From the Pacific Ocean to the harbour and its estuaries, Sydney is surrounded by water and boasts an amazing number of venues overlooking glittering expanses of the harbour, sandy beaches and calm bays. Your outlook is not the only thing that’s easy on the eye – chefs dish up pretty plates of everything from fresh local seafood, mod-Aus cuisine to fish’n’chips you’ll rave about.
The floor-to-ceiling windows at Quay frame Sydney Harbour in all its breathtaking beauty. The only reason to look away is to appreciate the culinary creations of applauded chef Peter Gilmore. Cafe Sydney offers another perspective of the water from its perch high up on the roof of Customs House.
You don’t have to break the bank to take in Sydney’s landmarks. Backdropped by the Opera House, the buzzy Opera Bar enjoys a panorama over to the Harbour Bridge. Order a drink and a dozen oysters and watch ferries and yachts in the harbour. From your table at Aqua Dining, across the harbour in Milsons Point, you can almost reach out and touch the Harbour Bridge. You’re that close. Also in the Northern Beaches, Ripples Chowder Bay is a modern Australian restaurant housed in a historic building overlooking Chowder Bay.
You won’t miss the Barangaroo precinct – it’s home to the city’s tallest building, the brand-new Crown Towers Sydney. A rapid rollcall of restaurants like Nobu (Peruvian-Japanese), a’Mare (Italian), Woodcut (wood-fired deliciousness) and Oncore by Clare Smyth, where degustations are prepared by a three-Michelin-starred British chef, are all on the menu here. Step outside and you’ll discover a row of stylish restaurants lining the Barangaroo waterfront including seafood at Cirrus, tapas at Born by Tapavino and Turkish at Anason. Nearby, Pyrmont is home to LuMi, an inspired Japanese/Italian fine diner with glass walls for views of bobbing yachts and twinkling harbour lights.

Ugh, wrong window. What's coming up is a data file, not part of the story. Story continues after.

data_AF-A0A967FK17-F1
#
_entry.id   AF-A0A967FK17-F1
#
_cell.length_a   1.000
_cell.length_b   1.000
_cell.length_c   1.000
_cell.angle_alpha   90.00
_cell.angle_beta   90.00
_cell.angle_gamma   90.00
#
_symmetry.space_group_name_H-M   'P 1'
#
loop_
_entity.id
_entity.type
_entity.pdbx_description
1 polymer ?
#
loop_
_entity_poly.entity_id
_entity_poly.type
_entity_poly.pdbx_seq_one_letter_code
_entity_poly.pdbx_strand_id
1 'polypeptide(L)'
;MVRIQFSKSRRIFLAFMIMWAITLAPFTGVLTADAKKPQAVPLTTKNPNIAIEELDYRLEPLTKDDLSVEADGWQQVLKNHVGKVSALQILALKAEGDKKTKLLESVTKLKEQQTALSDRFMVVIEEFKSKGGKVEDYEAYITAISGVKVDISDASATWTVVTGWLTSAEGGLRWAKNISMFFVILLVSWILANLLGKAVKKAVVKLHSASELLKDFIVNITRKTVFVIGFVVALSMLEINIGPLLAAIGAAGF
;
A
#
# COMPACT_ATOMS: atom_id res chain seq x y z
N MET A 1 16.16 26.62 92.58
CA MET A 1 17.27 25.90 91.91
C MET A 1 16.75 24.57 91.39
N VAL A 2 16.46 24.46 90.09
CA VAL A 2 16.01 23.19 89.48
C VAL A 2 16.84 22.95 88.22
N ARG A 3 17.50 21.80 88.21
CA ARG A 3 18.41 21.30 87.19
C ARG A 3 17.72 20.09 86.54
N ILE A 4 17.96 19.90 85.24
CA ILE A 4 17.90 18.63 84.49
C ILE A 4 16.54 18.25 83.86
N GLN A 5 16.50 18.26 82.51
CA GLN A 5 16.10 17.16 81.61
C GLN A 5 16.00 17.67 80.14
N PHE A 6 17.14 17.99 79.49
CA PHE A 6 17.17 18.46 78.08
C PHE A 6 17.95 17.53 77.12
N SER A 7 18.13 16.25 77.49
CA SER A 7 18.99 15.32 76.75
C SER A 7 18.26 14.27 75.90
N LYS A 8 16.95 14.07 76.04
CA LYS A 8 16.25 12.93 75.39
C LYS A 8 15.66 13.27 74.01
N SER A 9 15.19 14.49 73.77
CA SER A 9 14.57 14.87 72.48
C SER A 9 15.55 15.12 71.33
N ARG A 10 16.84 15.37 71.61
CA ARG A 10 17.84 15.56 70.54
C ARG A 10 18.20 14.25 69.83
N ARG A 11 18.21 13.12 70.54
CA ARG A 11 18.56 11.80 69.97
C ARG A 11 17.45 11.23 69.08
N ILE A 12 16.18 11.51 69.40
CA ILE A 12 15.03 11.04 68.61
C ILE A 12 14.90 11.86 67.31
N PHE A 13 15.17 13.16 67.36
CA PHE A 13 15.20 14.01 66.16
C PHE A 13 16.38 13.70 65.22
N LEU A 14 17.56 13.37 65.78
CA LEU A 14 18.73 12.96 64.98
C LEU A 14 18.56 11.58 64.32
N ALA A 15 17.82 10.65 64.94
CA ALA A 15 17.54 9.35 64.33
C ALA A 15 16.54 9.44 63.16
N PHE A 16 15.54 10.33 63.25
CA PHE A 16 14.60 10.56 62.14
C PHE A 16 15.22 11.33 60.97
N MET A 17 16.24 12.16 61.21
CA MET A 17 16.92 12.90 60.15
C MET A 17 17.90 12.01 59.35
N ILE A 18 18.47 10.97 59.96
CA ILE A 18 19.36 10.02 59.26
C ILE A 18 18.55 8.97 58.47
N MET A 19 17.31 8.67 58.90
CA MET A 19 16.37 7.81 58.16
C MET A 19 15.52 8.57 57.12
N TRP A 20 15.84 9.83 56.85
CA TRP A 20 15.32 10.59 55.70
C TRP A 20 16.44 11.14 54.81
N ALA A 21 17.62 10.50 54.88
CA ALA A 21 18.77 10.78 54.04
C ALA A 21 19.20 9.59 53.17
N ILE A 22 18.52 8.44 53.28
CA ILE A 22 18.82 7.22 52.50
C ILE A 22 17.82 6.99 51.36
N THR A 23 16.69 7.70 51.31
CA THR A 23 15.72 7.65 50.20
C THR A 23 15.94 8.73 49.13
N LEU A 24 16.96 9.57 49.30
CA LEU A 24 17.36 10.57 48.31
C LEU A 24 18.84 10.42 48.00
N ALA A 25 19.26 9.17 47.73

When the Woolloomooloo Finger Wharf was built in 1915, it was the largest wooden structure in the world. It’s now lined with alfresco restaurants, the kind of places you dress up for and plan to spend the best part of the day enjoying. Highlights include Otto, China Doll, Manta, Il Pontile and Kingsleys.
OTTO Sydney, Woolloomooloo - Credit: Nikki To - Fink Group
Watch the seaplanes land from the expansive patio jutting out over the water at Catalina in Rose Bay. There’s a reason why this sexy establishment has been a local favourite for close to three decades.
Another longstanding hangout, Watsons Bay Boutique Hotel is all sun umbrellas and high-top tables, with live music and flocks of beautiful people lounging beside the water. Arrive via ferry. A few steps away is Doyles on the Beach, serving up ocean-fresh seafood since 1885.
Many people visit Bondi for a swim or a surf; many more come to while away an afternoon in dreamy dining rooms with a view over the sand. Grab a table across from Sydney’s most famous beach at North Bondi Fish, or head to the other curve of the cove and sit by the windows at Icebergs Dining Roomfor views out over the iconic pool.
People who live in the Northern Beaches tend not to leave. Visit establishments like Ormeggio at The Spit, and you’ll begin to understand why. The seafood is perfectly prepared, and the view is like a painting: a palette of blues and yachts gliding around the marina. Savour Sardinian specialties at Pilu at Freshwater, or enjoy pizza while overlooking Pittwater at The Newport.
Make a day of it with lunch or dinner at one of the city’s more remote waterside restaurants, which you can reach by car, boat or seaplane. Jonah’s looks over the golden sands of Whale Beach way up in the north, while Cottage Point Innand Berowra Waters Inn are tucked in the gentle, oyster-packed waterways of the Hawkesbury River.
Destination NSW acknowledges and respects Aboriginal people as the state’s first people and nations and recognises Aboriginal people as the Traditional Owners and occupants of New South Wales land and water.